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    Agree - and not only that, IMHO if they are "going strong" now it would be insane to buy in unless you are going to do a flip (sellers market). Much better to buy into a "buyers market' where prices are cooling off.

    The Y-man
     
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  6. johnmteliza

    johnmteliza Well-Known Member

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    Some of these coastal markets were also "going strong" in 2017 and 2016 and continued to grow in 2018. This is ongoing growth. Flipping is particularly popular in the coastal markets I have mentioned with good success. JohnPropChat what you are saying is very general and can be said for all markets. The current boom cycle was to be expected and has been evident in the market for the past 2 years (not short). Some coastal seachange markets have experienced growth for over 5 years at a larger rate than treechange markets.
     
    Last edited: 20th Jan, 2019 at 7:40 PM
  7. JohnPropChat

    JohnPropChat Well-Known Member

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    That doesn't change the fact that the markets moved quite a bit. I am not on the ground there, I exited Melbourne market a year ago when I saw the writing on the wall and I am glad I did.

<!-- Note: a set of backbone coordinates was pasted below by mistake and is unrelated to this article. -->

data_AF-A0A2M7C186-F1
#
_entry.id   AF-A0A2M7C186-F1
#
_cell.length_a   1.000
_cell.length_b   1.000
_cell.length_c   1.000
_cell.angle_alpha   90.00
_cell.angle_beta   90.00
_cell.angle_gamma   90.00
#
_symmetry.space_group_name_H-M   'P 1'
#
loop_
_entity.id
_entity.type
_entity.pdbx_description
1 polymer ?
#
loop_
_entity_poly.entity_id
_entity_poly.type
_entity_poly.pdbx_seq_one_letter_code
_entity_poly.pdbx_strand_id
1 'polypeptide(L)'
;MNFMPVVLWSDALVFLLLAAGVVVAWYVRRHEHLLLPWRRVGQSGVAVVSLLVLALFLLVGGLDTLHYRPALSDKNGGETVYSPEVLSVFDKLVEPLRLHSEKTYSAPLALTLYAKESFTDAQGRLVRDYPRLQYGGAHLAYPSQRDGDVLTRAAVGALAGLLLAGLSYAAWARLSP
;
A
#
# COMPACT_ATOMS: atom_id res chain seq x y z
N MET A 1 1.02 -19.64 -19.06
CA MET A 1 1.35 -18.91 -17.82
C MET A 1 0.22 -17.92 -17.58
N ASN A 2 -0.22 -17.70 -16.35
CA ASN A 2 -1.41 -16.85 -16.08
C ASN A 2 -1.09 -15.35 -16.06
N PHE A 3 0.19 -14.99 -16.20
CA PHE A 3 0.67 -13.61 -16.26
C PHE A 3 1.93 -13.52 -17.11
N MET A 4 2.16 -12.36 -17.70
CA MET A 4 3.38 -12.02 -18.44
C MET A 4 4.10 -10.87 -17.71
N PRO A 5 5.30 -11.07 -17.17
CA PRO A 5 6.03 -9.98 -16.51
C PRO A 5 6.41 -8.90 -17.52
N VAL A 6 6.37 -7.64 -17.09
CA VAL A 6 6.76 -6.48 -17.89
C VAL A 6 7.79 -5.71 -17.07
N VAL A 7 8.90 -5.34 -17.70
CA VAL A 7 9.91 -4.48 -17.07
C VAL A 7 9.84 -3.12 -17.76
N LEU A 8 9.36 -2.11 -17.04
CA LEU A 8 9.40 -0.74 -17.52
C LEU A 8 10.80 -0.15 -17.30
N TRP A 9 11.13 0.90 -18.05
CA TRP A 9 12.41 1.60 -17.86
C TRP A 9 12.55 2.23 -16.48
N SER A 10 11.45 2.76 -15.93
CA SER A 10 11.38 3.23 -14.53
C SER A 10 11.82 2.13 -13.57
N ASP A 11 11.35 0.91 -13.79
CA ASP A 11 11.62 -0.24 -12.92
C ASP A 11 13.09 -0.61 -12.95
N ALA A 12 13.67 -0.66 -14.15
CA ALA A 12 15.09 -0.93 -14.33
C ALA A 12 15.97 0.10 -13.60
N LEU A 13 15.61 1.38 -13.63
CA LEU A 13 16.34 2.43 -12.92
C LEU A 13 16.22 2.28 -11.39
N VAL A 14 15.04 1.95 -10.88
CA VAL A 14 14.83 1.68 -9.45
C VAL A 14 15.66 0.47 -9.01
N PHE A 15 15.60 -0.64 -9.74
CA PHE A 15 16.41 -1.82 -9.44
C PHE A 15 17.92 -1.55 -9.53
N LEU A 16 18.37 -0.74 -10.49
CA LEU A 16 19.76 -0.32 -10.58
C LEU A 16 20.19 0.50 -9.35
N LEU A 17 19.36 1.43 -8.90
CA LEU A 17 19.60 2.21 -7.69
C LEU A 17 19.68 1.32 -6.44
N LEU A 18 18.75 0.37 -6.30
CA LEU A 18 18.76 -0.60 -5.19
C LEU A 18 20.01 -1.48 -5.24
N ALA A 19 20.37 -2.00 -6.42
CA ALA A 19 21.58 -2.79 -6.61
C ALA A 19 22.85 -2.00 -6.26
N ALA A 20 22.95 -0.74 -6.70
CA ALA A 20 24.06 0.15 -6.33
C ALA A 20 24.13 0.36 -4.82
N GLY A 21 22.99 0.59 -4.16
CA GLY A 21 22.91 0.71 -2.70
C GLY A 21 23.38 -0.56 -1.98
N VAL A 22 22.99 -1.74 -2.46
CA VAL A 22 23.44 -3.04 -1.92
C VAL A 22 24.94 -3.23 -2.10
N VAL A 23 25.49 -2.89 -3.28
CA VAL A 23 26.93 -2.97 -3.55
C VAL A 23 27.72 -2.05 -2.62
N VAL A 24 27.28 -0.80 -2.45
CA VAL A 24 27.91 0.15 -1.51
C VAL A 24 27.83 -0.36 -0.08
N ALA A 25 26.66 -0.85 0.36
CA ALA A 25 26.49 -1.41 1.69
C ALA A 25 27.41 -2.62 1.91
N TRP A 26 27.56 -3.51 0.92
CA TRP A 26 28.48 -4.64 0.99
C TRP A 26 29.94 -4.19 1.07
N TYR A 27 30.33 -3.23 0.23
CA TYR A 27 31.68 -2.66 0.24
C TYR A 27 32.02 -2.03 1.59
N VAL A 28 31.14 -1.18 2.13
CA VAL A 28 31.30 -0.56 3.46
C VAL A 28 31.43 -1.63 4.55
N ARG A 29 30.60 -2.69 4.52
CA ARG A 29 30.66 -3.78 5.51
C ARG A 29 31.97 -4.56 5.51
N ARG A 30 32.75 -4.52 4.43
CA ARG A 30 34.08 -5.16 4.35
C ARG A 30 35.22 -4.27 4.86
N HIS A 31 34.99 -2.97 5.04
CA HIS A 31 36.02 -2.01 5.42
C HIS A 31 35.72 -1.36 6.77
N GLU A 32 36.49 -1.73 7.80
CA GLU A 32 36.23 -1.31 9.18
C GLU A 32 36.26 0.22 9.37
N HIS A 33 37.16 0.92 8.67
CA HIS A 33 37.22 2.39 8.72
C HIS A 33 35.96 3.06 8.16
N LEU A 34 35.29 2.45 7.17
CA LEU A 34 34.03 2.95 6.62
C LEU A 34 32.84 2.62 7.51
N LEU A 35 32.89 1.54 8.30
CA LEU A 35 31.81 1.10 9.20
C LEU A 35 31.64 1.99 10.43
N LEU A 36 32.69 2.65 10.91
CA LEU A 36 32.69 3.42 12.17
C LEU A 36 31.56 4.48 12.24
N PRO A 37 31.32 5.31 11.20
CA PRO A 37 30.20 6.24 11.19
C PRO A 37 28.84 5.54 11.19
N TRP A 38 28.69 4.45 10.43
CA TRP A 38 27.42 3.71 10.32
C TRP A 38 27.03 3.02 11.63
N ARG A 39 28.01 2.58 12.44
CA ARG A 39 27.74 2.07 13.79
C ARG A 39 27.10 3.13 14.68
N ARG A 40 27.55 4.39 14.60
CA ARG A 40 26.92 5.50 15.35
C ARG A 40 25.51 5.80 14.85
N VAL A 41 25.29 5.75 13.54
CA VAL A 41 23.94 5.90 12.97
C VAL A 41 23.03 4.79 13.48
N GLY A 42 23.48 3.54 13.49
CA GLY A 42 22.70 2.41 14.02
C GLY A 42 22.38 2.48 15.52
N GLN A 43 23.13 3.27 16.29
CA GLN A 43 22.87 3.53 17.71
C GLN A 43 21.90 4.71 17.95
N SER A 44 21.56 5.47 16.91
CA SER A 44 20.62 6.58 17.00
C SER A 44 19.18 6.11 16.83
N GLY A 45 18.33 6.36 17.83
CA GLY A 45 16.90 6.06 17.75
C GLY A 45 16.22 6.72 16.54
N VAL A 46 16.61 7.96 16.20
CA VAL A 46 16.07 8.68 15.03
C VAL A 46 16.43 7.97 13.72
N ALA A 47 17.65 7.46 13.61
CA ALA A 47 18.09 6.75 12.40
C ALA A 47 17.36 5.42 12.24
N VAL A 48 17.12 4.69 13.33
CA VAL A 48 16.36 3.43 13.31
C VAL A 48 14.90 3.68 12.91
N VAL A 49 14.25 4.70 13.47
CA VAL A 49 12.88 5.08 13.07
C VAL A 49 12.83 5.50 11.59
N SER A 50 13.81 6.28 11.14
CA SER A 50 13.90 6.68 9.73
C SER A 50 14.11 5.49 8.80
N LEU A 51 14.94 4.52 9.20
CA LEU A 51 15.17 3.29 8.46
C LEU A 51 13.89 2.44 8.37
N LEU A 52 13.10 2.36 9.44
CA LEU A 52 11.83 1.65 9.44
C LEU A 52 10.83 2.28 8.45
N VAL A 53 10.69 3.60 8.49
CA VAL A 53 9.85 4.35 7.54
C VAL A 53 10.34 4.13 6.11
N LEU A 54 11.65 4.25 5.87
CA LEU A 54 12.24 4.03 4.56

Everyone's strategy is different but the one common thing that applies to all - entering the market when it is peaking/peaked is risky at best.
     
  8. johnmteliza

    johnmteliza Well-Known Member

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    I completely agree Melbourne's market has peaked. However, this forum has a focus on Victorian regional markets and coastal markets which haven't. Thanks for your input nonetheless.
     
  9. JohnPropChat

    JohnPropChat Well-Known Member

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    I said peaking/peaked markets. Thanks for your "info" nonetheless.
     
    Last edited by a moderator: 21st Jan, 2019 at 9:05 AM
  10. geoffw

    geoffw Moderator Staff Member

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    It's been a while since I checked, but Shepparton has had very sluggish growth. I can't comment on any other location. A part of the reason has been the availability of land on the outskirts (just like many rural towns); another has been infill, where a house is built on the rear of a very large block.

    Somebody I know in the legal community tells me that ice addiction is coming to be a big problem in rural Victoria - they have seen it blow out in the Wangaratta Shepparton area.

    'I'm scared to go out': Grandparents fear evils of ice as drug trashes towns
     
  11. johnmteliza

    johnmteliza Well-Known Member

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    Shepparton is pretty stable with only $10,000-$20,000 growth in 2018. Availability of land is a clear issue (likewise in Melbourne). Interestingly on the Mornington Peninsula there is a limited supply of land as they won’t allow subdivisions from Dromana on down. The Green Wedge zone has also limited the amount of urban sprawl.

    It could be becoming less of a problem with overall crime in Wangaratta down 6% in the past year. Thanks for your input.